HTML and CSS, properly used, enable one to write a web page which is viewable at essentially any screen size. Provided, that is, the page contains text only. Images form a problem, partly because browser resizing of images has in general been quite poor, at least compared to what one normally expects from a drawing or photo-manipulation application. (This is incidentally not a criticism: speed of display is far more important in browsers.) And if images are not resized, an image which is viewable on a PDA looks ridiculously small on a 1600-pixel workstation.
Even with greatly improved browser resizing, one would still have an issue with bandwidth. A low-resolution image is not going to look good when expanded, but sending a high-resolution image is wasteful if it is only going to be shrunk to some smaller size.
In the long term vector graphics such as SVG may provide a solution for GIF-type images. But photos remain an issue. This page therefore experiments with another possibility: selection of different size images.
I'm not certain what the best ratio of image sizes is, but a bit of playing around suggests that a linear factor of between 1.5 and 1.8 is right. On this page I use a factor of about 1.6.
Using these means that the page is conveniently viewable over window widths which differ by a factor of about five or six. I venture to suggest that this should be good enough for almost anyone. (This of course assumes that the reader has set a font size appropriate to his/her configuration.)
Older browsers do not support image resizing after rendering. The resizing works in any case in Opera 7+, IE 6, Mozilla and Firefox.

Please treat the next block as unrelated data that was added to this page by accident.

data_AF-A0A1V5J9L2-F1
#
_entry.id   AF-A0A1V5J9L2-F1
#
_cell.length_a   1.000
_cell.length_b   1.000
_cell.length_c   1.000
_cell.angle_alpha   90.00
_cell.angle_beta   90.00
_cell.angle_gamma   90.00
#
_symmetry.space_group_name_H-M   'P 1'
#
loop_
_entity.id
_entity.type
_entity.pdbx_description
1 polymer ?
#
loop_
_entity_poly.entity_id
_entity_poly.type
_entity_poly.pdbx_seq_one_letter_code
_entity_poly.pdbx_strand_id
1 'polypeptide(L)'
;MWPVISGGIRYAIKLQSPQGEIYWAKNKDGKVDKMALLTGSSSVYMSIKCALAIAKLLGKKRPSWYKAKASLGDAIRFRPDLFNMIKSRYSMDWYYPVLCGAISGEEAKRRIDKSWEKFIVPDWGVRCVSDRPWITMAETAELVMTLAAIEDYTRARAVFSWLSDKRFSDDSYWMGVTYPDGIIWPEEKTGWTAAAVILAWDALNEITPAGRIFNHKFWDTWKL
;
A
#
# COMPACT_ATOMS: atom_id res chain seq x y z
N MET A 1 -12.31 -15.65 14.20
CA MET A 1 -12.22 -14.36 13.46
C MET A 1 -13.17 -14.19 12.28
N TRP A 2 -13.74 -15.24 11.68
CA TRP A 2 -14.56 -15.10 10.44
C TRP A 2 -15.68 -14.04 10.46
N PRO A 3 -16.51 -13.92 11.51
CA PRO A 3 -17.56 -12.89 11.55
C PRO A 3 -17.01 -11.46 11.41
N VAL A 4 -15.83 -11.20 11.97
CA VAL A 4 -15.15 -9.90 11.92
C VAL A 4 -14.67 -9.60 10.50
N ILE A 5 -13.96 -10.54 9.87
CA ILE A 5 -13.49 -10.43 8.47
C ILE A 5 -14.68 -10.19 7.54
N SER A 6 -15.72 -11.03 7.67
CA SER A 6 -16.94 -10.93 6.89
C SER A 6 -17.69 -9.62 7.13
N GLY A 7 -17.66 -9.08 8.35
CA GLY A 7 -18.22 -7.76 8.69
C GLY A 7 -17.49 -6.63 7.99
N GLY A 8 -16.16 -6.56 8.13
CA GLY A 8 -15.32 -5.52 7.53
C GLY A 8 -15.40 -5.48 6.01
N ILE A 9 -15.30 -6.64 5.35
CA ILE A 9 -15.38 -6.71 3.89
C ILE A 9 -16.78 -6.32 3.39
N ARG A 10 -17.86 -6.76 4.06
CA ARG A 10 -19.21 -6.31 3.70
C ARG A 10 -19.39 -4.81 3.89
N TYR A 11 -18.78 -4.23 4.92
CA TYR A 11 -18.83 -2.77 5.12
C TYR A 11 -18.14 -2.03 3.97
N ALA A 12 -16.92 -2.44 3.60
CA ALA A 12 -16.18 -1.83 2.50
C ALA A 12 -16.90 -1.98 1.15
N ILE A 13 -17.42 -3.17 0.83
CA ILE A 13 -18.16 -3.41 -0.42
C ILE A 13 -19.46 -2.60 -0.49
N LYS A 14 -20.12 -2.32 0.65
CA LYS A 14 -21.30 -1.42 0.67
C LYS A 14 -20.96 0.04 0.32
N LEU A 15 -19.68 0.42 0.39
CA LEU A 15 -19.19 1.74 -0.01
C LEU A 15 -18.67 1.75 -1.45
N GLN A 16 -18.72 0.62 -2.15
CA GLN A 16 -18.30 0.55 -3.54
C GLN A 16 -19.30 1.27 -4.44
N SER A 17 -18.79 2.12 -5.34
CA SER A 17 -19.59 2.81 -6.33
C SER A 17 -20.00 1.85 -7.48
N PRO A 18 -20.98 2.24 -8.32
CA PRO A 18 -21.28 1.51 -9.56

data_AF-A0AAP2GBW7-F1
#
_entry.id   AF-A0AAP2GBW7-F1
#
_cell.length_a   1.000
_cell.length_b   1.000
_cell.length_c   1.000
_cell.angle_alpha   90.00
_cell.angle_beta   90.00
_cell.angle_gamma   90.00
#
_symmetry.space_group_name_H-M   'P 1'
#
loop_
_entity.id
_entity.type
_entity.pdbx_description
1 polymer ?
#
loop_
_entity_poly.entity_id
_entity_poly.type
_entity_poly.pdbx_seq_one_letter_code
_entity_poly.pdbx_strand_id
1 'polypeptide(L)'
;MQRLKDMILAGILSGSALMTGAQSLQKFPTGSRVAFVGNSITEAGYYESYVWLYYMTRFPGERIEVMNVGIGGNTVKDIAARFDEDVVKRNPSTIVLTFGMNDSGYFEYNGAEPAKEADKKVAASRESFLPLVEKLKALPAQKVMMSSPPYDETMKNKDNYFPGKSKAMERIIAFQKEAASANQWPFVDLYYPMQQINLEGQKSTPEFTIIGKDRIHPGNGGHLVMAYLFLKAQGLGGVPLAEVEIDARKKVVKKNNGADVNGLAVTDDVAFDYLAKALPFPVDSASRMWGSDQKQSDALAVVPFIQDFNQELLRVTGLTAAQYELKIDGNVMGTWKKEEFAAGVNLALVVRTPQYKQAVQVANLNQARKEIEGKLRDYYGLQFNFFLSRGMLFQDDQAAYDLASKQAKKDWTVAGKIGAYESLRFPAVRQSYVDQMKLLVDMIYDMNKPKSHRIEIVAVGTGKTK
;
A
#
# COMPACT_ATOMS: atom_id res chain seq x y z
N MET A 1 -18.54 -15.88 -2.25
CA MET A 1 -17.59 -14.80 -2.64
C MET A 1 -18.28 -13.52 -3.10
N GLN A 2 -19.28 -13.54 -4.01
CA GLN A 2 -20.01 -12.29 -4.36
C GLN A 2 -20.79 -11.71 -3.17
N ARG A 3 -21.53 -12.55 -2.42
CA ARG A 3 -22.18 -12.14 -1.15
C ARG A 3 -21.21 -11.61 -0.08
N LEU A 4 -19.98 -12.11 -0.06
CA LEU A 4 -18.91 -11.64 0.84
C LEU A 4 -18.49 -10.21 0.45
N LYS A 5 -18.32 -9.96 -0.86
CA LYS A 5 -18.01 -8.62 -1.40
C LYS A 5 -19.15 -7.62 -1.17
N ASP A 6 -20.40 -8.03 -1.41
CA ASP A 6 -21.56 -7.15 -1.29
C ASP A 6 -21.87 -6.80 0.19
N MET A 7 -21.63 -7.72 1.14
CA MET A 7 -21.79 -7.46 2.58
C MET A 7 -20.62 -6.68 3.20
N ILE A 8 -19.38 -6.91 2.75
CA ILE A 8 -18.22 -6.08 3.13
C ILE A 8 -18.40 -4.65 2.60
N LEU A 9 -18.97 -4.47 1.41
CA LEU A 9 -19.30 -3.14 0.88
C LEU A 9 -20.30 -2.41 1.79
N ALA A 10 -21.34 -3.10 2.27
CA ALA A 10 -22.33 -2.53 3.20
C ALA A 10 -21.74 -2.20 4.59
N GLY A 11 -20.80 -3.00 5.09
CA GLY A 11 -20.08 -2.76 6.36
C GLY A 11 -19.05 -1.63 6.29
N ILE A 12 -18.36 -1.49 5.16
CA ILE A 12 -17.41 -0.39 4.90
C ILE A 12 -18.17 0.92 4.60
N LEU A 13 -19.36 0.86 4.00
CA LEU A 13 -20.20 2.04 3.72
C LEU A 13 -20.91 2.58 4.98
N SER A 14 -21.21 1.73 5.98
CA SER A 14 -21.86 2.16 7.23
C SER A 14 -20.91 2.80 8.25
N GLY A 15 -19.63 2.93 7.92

Unfortunately there does not seem to be any good feature test to determine whether resizing is supported or not. As a first approximation browsers supporting
tend to support resizing, while those which don't support one won't support the other. One exception I have met is Opera 6, which doesn't support resizing of images, although it does support “getElementById”.
However Opera 6 is now so little used that one can probably safely ignore it – or otherwise add a bit of browser sniffing for this specific case.
Of course one could increase the usable window-size range still further by including more than three image sizes. However if each of these has its own button, it reduces usability/clarity by making the user interface more complex.
Rather than making the user click a button, one possible approach would be to resize the images automatically according to the window width. This would make it possible to use more than three image sizes. It could however be irritating for the user: suppose he increases the window size to see a bit more of the page and finds the effect entirely cancelled out by the larger images which suddenly pop up.
An intermediate possibility would be to give the reader a single “resize images according to your window size” button, as below. The show-window-width button has been added to assist with experiments.
Perhaps the best solution is to apply the automatic resizing on the initial load (only) and then allow the reader to change it manually if desired.